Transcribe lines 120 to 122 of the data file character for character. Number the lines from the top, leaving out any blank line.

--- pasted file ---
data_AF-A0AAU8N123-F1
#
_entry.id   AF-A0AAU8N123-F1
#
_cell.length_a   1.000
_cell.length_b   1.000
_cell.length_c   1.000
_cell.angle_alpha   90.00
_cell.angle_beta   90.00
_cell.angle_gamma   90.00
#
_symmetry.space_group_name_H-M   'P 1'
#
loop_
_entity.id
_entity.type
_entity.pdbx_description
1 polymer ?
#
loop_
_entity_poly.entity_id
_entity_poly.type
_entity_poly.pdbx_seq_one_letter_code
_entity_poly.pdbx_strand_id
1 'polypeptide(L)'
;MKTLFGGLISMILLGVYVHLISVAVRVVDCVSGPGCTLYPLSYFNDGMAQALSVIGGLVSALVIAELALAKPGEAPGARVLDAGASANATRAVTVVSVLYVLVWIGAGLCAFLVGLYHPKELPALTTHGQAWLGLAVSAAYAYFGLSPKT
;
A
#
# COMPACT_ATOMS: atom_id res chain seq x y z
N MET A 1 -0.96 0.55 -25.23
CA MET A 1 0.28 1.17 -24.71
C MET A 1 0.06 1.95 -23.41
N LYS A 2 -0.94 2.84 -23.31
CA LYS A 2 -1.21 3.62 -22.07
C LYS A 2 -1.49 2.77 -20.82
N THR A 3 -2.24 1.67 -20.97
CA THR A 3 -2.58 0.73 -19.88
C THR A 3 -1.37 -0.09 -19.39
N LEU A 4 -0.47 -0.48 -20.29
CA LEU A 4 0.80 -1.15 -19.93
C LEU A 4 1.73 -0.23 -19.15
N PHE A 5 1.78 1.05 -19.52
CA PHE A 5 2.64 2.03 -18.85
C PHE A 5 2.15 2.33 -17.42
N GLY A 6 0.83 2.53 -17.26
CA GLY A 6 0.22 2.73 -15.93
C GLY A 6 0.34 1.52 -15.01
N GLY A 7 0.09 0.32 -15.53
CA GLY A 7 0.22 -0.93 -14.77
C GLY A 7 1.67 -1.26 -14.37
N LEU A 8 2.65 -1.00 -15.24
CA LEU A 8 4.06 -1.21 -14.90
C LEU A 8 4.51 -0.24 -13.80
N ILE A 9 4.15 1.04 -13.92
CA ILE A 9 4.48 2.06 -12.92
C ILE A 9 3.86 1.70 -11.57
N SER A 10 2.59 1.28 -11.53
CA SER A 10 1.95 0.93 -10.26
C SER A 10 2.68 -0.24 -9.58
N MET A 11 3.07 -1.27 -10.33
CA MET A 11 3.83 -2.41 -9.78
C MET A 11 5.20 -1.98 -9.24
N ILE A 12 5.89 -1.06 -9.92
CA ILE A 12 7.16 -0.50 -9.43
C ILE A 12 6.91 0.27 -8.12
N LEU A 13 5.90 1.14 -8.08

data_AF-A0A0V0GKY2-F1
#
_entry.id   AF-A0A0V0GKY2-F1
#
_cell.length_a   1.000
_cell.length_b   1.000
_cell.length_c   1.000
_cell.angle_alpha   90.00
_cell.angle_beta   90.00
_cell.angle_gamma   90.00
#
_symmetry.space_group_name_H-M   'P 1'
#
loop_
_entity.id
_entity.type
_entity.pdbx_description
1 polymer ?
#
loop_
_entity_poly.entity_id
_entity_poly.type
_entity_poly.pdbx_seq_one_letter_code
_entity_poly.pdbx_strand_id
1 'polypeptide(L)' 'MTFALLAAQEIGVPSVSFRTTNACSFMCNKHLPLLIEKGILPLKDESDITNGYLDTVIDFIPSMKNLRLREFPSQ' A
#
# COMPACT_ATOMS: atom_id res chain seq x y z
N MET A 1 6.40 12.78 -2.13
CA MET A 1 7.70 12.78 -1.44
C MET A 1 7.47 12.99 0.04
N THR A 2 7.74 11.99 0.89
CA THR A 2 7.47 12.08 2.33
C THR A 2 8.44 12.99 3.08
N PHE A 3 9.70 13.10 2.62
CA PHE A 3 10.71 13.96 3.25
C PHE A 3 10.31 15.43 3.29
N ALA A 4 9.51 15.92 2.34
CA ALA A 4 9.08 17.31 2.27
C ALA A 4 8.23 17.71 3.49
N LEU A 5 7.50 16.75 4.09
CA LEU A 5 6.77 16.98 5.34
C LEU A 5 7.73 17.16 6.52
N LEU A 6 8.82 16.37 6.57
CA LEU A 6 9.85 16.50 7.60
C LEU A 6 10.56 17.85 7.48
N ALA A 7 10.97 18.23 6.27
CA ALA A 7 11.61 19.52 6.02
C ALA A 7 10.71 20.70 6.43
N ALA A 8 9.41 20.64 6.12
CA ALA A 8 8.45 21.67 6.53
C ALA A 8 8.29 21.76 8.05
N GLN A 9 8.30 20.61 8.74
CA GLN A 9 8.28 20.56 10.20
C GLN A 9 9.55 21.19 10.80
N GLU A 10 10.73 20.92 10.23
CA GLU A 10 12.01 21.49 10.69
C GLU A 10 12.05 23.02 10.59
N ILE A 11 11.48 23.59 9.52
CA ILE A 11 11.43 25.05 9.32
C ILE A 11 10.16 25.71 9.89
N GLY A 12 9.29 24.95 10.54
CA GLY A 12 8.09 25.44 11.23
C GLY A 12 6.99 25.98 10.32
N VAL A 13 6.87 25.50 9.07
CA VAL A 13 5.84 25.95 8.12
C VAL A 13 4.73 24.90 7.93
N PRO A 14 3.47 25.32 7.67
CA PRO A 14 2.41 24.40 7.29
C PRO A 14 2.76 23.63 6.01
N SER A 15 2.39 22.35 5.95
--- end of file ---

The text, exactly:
CA GLN A 9 8.28 20.56 10.20
C GLN A 9 9.55 21.19 10.80
N GLU A 10 10.73 20.92 10.23